West Anaheim Medical nurses vote to unionize
Nurses at West Anaheim Medical Center voted to join the California Nurses Association by 147-33 in a secret ballot election conducted by the National Labor Relations board Thursday, Oct. 12.
The lopsided approval testified to widespread discontent over pay and benefits that have led to an exodus of experienced nurses from the Anaheim facility to other hospitals, and a surge in temporary help, according to nurses who favored the union.
The CNA, with 100,000 members statewide, is one of the state’s most aggressive and politically active unions. It represents 70 percent of registered nurses in California hospitals, including seven in Orange County.
“Our experienced nurses are leaving for UC Irvine, the Veterans Administration and other union hospitals where they are better paid,” said Ester Cadavona, 49, a 19-year medical-surgical nurse who makes $43 an hour. “That affects patient care.”
She said that the collective bargaining that will follow the union vote “will give us more voices on patient safety, on benefits and on pay.” One concern, she added, is the failure to provide enough nurses to fill in during staff breaks.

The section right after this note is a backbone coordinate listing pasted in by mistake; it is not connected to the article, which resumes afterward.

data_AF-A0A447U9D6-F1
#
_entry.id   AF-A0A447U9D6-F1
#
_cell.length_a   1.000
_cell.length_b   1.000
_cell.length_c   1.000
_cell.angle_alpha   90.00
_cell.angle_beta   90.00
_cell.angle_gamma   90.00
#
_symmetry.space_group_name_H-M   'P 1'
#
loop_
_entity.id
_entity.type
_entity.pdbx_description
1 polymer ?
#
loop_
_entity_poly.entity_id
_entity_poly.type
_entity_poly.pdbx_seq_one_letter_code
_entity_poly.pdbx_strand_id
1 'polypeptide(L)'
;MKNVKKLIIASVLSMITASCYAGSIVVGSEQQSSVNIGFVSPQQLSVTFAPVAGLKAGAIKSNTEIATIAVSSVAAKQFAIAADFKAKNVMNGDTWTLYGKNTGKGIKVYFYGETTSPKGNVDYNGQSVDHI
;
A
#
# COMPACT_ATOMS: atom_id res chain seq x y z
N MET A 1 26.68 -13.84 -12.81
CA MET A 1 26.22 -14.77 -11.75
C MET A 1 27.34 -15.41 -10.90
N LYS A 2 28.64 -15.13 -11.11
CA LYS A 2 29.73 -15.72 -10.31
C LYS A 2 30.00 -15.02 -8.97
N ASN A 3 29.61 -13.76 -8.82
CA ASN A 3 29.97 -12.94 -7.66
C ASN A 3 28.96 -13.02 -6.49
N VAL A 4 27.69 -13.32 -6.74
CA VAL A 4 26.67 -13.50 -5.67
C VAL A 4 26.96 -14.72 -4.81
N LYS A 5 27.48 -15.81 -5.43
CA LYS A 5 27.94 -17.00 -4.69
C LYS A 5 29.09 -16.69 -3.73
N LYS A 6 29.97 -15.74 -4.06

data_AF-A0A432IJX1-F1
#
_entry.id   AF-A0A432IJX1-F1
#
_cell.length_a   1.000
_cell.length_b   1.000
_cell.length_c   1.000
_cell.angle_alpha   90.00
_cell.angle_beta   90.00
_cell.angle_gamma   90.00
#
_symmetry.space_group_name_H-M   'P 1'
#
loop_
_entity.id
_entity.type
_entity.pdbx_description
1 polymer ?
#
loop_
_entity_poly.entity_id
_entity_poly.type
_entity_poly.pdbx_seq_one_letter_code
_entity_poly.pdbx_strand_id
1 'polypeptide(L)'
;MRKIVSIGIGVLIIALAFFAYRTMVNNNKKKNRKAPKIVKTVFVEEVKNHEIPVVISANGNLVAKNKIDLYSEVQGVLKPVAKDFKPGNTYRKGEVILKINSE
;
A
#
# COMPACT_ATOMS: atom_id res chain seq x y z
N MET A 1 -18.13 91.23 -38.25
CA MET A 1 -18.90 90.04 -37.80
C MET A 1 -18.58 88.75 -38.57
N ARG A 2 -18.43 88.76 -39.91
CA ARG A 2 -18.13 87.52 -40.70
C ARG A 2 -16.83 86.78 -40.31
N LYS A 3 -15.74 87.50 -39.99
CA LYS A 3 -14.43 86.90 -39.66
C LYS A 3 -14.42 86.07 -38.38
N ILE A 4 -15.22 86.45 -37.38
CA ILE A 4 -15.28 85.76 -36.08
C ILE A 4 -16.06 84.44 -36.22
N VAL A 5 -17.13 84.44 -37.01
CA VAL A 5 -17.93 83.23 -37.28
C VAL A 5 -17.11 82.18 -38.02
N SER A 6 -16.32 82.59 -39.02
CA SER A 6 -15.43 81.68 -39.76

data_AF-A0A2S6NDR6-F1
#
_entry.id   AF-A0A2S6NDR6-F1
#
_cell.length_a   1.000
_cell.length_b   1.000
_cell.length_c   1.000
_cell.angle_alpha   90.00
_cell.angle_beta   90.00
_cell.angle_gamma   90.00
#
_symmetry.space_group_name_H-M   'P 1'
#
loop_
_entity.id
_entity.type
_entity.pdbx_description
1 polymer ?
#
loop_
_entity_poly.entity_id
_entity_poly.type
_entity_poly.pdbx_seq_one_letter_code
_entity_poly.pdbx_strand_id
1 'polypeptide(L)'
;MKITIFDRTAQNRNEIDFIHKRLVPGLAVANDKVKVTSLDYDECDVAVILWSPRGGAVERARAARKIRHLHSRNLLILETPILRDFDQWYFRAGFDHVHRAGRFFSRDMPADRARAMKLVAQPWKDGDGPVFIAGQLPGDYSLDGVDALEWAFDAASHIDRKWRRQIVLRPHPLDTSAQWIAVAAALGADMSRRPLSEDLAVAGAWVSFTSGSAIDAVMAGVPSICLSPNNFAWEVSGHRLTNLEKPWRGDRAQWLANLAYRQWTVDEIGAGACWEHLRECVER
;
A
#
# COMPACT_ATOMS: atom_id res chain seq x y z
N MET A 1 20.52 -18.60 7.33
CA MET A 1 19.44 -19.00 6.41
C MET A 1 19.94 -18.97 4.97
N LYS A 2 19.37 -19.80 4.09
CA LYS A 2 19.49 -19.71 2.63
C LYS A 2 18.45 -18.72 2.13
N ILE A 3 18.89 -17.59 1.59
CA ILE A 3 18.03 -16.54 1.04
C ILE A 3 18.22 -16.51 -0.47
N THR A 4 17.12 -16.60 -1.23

In a written statement, Gayle Griffithe, regional marketing director for PrimeHealthcare, the Ontario-based chain that owns the Anaheim facility, said, “While we are disappointed in the election results, we would like to recognize our nurses for the respect they show for their coworkers, regardless of differences of opinion.
“We are committed to bargaining in good faith with CNA leadership, to reach an agreement in the best interests of our nurses, our patients and the community we serve. “
Another factor in the vote, Cadavona said, was CNA’s track record on patient advocacy. More than a decade ago, the union gained national fame for waging a successful campaign to limit patient-nurse ratios in California hospitals to 5 to 1.
“When I started out, a nurse would be caring for as many as eight or ten patients,” Cadavona said. “Now it is a maximum of five.”